That's a hefty premium over the $29,930 coupe, though the Roadster is likely to benefit from a more luxurious and less sport-focused options package that could help explain some of the value difference. Stepping up to the automatic seven-speed transmission will cost $38,270.
If you're so inclined, however, you can spend even more on your Z Roadster: the Touring trim versions start at $40,520 and $41,820 for the manual and automatic versions, respectively.
The value proposition offered by the new car, even with another 26hp and better emissions from its new 3.7L engine compared to the 2009 350Z Roadster, is questionable at best - the 350hp Nismo 370Z is just $1,170 more. Of course, the 370Z Roadster is just $100 more expensive than the 350Z Roadster was in its final iteration, perhaps sweetening the value equation for those with a more historical eye.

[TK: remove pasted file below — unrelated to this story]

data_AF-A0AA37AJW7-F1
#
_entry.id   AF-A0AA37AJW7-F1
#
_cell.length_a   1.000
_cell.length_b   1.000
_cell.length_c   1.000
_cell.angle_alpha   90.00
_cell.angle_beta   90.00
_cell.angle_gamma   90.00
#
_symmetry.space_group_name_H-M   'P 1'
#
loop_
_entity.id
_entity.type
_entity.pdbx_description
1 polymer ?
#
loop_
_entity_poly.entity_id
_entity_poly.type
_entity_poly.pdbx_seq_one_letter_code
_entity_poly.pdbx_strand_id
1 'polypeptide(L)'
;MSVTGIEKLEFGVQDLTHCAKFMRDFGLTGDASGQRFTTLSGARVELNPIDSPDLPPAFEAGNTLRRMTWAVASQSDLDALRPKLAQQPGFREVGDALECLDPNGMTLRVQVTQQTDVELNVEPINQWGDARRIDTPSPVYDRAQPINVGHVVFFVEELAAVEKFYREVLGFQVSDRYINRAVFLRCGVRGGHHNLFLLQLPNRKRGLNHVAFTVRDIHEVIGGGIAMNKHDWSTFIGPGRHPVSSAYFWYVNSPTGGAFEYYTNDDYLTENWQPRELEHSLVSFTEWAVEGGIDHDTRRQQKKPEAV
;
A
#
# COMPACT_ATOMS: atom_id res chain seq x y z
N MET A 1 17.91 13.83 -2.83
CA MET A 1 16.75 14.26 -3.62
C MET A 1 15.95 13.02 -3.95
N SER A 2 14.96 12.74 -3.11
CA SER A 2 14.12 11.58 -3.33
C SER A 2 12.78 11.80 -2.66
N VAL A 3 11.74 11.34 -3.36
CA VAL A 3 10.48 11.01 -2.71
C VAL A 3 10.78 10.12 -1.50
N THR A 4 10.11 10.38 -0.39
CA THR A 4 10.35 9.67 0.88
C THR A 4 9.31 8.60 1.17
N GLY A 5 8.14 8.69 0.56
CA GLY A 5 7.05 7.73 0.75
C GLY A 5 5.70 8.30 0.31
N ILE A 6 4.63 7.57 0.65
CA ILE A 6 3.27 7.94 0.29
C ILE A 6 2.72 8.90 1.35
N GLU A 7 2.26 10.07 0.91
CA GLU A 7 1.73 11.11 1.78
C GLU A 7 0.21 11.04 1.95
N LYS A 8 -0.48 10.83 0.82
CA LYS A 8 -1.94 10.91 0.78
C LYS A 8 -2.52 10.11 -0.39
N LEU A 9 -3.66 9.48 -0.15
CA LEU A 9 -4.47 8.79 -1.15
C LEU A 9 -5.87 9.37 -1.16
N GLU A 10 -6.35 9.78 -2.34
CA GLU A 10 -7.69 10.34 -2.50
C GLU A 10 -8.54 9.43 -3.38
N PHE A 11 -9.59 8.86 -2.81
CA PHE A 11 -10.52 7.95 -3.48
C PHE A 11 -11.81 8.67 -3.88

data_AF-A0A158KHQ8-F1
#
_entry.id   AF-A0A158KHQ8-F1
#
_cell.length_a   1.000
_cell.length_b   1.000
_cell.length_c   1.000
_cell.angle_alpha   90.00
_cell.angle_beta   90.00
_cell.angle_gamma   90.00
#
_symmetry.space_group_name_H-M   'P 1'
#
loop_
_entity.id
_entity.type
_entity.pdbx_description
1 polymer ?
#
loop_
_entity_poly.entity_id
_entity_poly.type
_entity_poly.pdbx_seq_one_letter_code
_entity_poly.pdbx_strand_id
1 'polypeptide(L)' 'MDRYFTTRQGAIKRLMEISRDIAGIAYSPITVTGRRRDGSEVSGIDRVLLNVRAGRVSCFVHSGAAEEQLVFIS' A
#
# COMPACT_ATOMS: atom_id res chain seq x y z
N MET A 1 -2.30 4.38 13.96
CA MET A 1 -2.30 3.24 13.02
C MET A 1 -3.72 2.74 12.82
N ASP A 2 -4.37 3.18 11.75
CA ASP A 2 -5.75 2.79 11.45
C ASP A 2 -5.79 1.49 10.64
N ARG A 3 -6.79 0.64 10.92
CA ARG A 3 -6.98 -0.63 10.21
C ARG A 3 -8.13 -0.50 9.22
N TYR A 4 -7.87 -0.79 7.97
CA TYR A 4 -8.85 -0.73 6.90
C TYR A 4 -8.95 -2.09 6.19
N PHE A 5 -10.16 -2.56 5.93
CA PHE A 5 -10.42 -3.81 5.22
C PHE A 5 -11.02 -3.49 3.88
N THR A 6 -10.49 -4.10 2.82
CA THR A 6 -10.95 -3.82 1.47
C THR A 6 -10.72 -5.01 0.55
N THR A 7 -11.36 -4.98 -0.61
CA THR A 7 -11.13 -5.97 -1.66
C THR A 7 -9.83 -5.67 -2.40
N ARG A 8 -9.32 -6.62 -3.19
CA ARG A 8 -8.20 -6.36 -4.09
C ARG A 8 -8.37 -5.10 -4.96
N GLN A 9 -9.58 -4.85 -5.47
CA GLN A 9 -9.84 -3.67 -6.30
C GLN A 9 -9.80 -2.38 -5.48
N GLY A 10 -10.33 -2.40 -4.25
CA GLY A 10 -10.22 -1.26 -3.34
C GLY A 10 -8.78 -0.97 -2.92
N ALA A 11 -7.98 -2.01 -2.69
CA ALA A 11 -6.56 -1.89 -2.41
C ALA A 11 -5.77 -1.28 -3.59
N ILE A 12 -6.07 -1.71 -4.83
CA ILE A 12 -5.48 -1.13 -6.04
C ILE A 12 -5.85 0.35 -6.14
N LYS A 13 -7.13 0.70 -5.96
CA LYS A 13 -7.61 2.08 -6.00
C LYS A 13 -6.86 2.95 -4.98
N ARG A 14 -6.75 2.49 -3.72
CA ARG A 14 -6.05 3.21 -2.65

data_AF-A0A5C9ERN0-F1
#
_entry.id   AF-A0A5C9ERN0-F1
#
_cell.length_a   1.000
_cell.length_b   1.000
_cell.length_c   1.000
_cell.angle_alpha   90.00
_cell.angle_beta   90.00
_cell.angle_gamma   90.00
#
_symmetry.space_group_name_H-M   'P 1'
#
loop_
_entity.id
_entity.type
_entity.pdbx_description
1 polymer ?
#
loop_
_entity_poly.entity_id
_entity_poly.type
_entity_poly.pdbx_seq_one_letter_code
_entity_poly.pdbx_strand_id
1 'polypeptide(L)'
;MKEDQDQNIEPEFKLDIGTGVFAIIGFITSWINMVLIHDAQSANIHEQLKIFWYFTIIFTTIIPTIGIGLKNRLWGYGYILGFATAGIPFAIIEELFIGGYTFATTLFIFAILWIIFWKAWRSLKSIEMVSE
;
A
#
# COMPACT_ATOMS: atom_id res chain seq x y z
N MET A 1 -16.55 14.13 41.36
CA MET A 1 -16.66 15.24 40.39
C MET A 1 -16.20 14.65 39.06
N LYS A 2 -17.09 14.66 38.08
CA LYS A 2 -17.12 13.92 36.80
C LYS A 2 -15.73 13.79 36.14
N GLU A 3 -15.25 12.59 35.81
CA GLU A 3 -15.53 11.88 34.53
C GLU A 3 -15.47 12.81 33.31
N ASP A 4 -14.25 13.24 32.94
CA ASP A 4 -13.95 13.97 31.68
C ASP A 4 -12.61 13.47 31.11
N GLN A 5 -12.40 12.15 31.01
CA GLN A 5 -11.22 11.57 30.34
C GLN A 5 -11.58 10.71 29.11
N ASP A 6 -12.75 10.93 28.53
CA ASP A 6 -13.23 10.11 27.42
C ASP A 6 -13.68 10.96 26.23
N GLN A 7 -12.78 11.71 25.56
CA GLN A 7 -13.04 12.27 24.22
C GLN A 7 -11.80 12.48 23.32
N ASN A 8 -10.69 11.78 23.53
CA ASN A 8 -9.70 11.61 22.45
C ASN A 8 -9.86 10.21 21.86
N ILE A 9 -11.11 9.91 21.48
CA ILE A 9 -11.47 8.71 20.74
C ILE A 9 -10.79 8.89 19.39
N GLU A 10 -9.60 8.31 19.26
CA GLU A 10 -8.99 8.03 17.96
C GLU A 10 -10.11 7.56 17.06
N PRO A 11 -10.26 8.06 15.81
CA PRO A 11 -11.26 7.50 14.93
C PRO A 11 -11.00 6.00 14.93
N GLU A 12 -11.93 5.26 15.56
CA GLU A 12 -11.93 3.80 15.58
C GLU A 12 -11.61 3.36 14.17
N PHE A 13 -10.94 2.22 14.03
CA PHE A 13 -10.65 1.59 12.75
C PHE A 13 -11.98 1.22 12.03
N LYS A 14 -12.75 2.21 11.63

Still, that leaves the Roadster targeted at the buyer that's less concerned with performance than with style, and its pricing leaves it in competition with the lower rungs of the Z4 roadster and Mercedes-Benz's SLK-Class - cars with brand names and luxury pedigrees that far outstrip the Japanese carmaker's reach. Combined with the somewhat awkward late-summer timing, it will be interesting to see how sales of the Roadster take off.